Many people end up with a "mistake trailer" on their first pick. I did. Be prepared to take a beating when you need to sell the mistake to buy the real one.

Here's a tip I learned too late. Go to an Airstream rally - they are all over the place - and talk to owners and look inside trailers! You get a chance to see what a trailer looks like when packed for camping with 2 dogs and so on.

If I must take a guess though, I think a 22 is nice for ONE, and a 28 for TWO. I have a 25, which is magnificently wonderful for a couple weeks at a time. It's a tad short for more than that. I suspect our FT trailer will be a 28.

Beds! Beds! Beds! There is just nothing more important than the bed. Sure, that "corner queen" looks fine in the showroom. And then you start crawling in and out of it at night, and it don't seem so good anymore. Yeah, that East West Queen looks good, but it too can be a pain to change the sheets. Then you find that North South walk around Queen, and you say, Ahhhhhh, now THAT's a bed! (Sorry, now you are up to 28 feet!)

Good luck to you in your search. Try to look at as many as you can and think each one over for your own needs. Maybe you will hit it on the head on the first buy!
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Old 09-04-2012, 06:22 AM   #11
Vintage Kin
Fort Worth , Texas
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After I posted the above (of the preference, overall, for a 30-34' trailer) I recalled that in earlier and related discusssions on this issue of length that:

from 28' on up, the need for two furnaces, and two air conditioners can rear it's head.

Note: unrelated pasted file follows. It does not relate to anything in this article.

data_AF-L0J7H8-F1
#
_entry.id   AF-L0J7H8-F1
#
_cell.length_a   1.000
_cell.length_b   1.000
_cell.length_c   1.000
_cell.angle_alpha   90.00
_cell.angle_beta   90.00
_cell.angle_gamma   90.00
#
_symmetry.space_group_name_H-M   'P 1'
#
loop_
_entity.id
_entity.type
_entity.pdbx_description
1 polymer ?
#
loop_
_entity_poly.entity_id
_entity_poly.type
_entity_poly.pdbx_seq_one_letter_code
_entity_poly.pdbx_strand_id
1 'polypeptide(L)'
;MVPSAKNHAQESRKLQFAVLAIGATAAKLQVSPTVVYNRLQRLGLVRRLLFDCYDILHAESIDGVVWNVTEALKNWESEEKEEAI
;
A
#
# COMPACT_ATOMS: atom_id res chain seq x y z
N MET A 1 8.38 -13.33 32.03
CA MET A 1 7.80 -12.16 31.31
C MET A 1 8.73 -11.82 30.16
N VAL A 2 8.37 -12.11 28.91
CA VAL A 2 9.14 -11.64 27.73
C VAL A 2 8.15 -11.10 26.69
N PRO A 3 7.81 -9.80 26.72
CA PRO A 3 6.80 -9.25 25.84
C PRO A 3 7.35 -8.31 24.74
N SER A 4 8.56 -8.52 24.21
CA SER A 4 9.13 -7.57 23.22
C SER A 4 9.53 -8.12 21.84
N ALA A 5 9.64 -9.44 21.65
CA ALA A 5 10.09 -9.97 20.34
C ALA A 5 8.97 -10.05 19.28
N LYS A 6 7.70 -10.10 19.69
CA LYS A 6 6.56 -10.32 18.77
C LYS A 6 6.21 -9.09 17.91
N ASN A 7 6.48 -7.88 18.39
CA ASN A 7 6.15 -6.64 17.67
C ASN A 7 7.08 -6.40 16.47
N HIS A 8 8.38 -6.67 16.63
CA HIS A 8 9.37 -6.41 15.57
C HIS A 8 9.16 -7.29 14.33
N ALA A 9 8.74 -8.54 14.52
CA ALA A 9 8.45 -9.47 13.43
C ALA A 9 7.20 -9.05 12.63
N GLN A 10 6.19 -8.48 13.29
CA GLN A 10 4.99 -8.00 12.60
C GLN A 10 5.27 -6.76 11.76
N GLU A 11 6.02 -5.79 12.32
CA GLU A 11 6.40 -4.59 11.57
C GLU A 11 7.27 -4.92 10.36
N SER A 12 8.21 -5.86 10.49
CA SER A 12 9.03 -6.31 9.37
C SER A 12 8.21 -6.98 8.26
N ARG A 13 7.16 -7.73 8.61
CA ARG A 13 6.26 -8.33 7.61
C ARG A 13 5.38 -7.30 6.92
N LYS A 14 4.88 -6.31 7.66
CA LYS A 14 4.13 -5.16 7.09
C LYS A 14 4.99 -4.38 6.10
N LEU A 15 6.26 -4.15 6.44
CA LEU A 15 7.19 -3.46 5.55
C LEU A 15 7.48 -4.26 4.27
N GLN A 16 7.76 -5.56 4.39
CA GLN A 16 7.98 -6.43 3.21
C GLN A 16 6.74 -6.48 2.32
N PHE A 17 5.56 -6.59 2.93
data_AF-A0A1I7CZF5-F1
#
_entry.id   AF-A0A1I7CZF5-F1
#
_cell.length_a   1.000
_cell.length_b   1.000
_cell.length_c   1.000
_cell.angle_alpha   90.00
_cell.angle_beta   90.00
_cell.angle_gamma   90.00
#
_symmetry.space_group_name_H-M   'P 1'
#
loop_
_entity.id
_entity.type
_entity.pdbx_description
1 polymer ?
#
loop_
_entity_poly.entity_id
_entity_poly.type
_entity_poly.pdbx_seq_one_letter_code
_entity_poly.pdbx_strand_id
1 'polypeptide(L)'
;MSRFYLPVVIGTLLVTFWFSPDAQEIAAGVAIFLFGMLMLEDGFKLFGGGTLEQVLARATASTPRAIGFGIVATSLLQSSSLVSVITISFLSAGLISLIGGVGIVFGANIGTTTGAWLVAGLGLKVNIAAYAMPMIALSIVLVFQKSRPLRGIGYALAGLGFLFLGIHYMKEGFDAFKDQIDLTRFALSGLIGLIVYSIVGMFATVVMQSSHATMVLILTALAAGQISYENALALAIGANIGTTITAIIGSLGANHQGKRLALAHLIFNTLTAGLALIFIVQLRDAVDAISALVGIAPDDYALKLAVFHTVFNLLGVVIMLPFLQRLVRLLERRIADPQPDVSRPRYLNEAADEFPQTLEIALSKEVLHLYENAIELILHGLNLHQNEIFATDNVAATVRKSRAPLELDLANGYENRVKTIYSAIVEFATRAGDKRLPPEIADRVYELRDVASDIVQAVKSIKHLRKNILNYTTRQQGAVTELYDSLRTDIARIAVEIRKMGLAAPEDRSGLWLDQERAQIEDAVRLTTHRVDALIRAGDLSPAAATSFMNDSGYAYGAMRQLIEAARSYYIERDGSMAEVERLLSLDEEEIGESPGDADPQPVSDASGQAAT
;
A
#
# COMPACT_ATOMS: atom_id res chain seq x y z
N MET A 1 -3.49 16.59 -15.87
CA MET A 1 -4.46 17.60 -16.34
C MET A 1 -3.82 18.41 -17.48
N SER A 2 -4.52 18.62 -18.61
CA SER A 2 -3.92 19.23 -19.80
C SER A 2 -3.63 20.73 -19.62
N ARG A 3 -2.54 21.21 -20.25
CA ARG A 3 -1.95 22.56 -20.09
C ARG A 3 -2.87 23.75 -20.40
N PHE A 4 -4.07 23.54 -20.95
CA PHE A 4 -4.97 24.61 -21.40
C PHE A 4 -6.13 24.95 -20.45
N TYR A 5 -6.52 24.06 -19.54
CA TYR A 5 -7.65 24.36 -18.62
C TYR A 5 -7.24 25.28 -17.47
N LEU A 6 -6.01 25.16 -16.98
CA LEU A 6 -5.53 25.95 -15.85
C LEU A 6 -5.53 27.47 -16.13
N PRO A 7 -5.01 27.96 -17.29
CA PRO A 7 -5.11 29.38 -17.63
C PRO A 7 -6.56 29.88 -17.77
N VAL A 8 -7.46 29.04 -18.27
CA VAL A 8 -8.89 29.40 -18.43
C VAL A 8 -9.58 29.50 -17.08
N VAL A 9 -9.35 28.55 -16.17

On a 34', twin furnaces was sometimes factory stock (certain AVIONs) and optional on all others.

Anywhere in the southernmost U.S. (and considerably farther north in a year like this one has been), a pair of roof air conditioners can become mandatory along with an upgrade to 50A service (from the standard 30A).

"Shirt sleeve weather" may be best for using a TT, but one should keep these things in mind as TT length increases past a certain point.
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Old 09-04-2012, 09:06 AM   #12
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2006 25' Safari FB SE
Spokane , Washington
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Welcome Karlee.

You have come to the right place for advice and information. Of course people will offer up advice viewed from their own perspectives and you will have to sift through all of it based on your own interests.

Speaking only for ME, I would think a 25 footer like mine would be perfect for you. It is going to depend on what you want, are willing to tow, can afford and all that stuff.

For one person the 25 FB would work rather well. You will have enough room to store your stuff and enough space to get around without being too cramped. Add another person and the "walk around" bed that really isn't might be an issue. I really like the 25 FB but it does not have a couch which could be an issue if you are planning on living out of it. There are two of us and we do 3 to 5 weeks at a time. A 27 would be nicer but we are fine with what we have.

I suggest that you get out and look at as many floor plans as you can. Look at new to get a feeling for features and space. You can look at used after knowing how much space you would consider a minimum.

We decided on the 25 FB after looking at new ones. Went on the used market and found one about a year or so later and saved a ton on a lightly used 3 year old unit.